Beijing is manufacturing the circumstances to justify brutal intervention in Hong Kong

Beijing is manufacturing the circumstances to justify brutal intervention in Hong Kong, by Michael Shoebridge.

Beijing manages internal dissent ruthlessly and adeptly.

Step one is to identify and isolate critical voices and individuals before they have a chance to gather support or join together. …

Step two is to clamp down rapidly and violently on protesters who have managed to organise despite state surveillance and arbitrary arrest. …

Step three is done simultaneously with the other manoeuvres — and it’s about ruthlessly suppressing reporting of protests and of the underlying grievances that are causing them. The Chinese Communist Party’s control of information allows this to be quite successful in mainland China, and also helps limit the news about protests that leaches into the outside world.

Step four, which is also done concurrently with the other measures, involves government officials threatening retaliation against individuals’ families if they persist in ‘making trouble’. People who are brave enough to risk their own safety are often not so willing to put their loved ones at risk, so this is an effective tactic. We’ve seen it used in Australia by Chinese government operatives threatening Uyghurs to not speak up if they don’t want family back in Xinjiang punished.

The usual playbook is not working in Hong Kong:

But the normal Beijing playbook for managing dissent has just not worked in Hong Kong, for four main reasons.

First, the protest movement in Hong Kong is what Beijing truly fears — a mass movement whose scale is undeniable. And there’s no clear leadership group Beijing can arrest or intimidate to decapitate the protests, although the authorities have continued to arrest those they think might be important.

On top of this, the protesters have been incredibly innovative in shifting the nature, location and tactics of the protests, making containment impracticable. They’ve drawn on international sources of inspiration, as we saw with the kilometres-long ‘human chain’ on the weekend, which echoed the ‘Baltic Way’ protests in 1989 that helped topple Soviet rule in Estonia, Latvia and Lithuania.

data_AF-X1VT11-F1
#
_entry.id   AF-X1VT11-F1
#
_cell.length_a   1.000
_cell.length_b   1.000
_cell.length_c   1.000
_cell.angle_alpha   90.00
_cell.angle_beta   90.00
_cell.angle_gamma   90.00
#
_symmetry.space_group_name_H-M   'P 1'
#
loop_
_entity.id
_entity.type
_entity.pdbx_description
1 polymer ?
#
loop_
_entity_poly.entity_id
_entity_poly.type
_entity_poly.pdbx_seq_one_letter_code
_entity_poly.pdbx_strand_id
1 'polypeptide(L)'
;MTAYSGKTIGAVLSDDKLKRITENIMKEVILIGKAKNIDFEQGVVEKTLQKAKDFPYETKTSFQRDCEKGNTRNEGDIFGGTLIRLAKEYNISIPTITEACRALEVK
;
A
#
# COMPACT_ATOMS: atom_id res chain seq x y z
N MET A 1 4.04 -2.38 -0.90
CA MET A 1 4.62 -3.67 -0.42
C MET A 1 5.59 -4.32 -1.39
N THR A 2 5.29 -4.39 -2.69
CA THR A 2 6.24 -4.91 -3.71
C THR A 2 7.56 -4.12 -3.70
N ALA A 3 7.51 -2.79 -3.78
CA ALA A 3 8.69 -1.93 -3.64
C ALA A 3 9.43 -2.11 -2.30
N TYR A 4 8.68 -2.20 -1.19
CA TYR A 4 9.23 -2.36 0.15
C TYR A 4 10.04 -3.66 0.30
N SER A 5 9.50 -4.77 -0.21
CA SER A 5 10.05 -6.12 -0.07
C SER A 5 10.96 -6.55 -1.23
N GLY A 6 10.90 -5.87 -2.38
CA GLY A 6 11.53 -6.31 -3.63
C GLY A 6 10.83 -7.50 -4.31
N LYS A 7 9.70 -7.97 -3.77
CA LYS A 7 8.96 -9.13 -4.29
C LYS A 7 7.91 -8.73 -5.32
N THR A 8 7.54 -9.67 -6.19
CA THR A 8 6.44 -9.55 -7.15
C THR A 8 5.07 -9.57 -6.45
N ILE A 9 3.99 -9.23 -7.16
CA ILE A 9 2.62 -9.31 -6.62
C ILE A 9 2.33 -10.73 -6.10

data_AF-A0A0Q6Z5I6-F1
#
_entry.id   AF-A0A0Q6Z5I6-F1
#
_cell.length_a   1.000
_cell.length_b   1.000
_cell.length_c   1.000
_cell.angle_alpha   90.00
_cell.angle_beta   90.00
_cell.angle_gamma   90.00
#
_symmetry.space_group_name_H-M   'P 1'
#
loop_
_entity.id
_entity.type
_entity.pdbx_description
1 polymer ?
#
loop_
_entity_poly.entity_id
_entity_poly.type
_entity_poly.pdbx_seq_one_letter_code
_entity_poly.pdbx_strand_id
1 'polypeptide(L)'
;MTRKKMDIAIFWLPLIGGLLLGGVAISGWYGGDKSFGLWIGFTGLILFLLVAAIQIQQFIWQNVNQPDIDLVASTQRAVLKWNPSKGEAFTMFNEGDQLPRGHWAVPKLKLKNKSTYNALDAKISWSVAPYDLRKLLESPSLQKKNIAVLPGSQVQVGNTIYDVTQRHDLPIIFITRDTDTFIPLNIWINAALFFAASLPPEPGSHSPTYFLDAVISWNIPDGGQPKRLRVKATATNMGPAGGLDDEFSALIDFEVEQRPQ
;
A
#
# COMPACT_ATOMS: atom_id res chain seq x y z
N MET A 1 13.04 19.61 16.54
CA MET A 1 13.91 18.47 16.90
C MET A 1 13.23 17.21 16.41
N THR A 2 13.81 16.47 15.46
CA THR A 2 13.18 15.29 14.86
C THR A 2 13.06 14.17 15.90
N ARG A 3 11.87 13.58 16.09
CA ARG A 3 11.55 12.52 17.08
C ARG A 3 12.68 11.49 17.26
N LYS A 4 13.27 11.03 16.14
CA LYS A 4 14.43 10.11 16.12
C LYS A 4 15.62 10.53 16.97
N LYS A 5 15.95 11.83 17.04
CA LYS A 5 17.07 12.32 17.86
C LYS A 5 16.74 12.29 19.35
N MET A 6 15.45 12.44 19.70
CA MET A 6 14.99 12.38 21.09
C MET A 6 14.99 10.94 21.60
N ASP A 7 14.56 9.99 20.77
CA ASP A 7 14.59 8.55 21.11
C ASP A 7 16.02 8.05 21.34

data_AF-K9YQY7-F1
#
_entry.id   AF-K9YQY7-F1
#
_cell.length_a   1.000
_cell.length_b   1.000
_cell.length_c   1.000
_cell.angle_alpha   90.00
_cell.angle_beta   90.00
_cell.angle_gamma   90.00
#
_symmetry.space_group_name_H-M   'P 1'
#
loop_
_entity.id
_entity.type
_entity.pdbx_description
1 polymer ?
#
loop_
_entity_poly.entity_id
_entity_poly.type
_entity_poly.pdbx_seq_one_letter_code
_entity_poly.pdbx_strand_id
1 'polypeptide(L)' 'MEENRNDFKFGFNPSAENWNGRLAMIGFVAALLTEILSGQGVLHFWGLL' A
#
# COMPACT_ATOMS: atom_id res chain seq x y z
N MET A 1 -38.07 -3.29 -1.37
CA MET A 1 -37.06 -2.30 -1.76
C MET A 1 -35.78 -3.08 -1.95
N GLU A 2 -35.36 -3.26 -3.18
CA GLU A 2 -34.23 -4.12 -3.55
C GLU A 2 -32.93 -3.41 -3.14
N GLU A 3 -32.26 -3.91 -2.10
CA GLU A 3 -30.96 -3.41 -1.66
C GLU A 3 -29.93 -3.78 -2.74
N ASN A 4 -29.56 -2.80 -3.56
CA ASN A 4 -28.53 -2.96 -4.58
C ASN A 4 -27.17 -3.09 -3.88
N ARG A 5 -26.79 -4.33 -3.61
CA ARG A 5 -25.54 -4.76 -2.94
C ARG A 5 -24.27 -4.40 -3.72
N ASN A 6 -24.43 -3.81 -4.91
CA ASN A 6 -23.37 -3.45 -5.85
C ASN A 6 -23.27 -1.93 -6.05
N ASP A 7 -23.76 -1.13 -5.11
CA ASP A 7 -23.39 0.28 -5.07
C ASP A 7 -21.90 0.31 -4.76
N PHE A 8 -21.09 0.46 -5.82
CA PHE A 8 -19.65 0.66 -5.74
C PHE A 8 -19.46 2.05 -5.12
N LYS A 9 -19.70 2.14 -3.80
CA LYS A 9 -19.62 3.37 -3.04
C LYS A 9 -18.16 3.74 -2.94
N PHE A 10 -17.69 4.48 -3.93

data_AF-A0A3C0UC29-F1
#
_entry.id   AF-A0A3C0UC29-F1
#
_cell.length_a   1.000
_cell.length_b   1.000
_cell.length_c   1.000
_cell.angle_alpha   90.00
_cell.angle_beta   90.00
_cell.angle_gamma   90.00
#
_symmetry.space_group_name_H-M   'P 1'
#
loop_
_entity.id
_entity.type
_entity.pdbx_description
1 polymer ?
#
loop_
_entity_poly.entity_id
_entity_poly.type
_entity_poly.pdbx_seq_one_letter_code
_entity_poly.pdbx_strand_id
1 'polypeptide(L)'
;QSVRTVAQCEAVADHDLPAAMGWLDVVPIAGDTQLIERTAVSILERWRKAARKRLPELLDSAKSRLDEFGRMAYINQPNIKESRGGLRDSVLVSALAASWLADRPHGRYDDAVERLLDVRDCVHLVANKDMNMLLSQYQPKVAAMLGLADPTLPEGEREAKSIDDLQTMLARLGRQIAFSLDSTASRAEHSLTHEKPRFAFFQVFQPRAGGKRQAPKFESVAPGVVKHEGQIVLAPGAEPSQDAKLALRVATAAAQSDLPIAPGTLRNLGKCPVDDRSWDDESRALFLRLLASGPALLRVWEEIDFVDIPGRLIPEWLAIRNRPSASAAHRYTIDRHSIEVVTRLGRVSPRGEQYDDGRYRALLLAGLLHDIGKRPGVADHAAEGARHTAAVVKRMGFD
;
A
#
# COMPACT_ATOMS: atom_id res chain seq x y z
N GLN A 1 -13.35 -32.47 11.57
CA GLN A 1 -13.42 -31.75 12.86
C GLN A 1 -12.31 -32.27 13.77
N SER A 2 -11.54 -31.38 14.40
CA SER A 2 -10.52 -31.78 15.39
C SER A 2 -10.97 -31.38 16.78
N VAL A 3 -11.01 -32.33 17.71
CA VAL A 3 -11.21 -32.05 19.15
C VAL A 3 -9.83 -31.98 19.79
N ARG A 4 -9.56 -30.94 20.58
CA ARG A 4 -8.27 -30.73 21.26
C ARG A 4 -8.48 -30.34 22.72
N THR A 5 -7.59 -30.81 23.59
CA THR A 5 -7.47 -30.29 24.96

And lastly, the protests have been broadcast virally by multiple eyewitnesses through social media and have been covered extensively in the international media. Pretending they’re just by a small group of extremists or about low-level issues, which has worked in the curated information environment of mainland China, just hasn’t washed with international audiences and governments.

A violent conclusion is surely coming:

The reason Xi hasn’t taken steps to de-escalate the confrontation between the Hong Kong people and the police through politics (listening and negotiating) is that doing so would cede a level of control from the party to the people, and send a message that this might be possible in other parts of China.

As we saw with references to ‘colour revolutions’ by senior party members in the past few weeks, their fear of a mass people’s movement that ousts the CCP is real….

So, what Xi and his party colleagues see as at stake in Hong Kong is their personal futures, along with the future of CCP rule in China itself. That is the logic that brought Deng Xiaoping to order the People’s Liberation Army to massacre its own people in the streets of the capital 30 years ago, when Eastern Europe was convulsed with its own people’s movements.

And it’s this same voice of self-preservation and continued control that is likely to be loudest within the CCP as the protests continue. Beijing is driving the course of events in Hong Kong to this conclusion by refusing to engage with the Hong Kong people’s grievances — and Xi surely knows that.

This refusal is creating a more pressurised, intense and desperate environment between the protesters and the authorities, which is leading inexorably to a violent conclusion.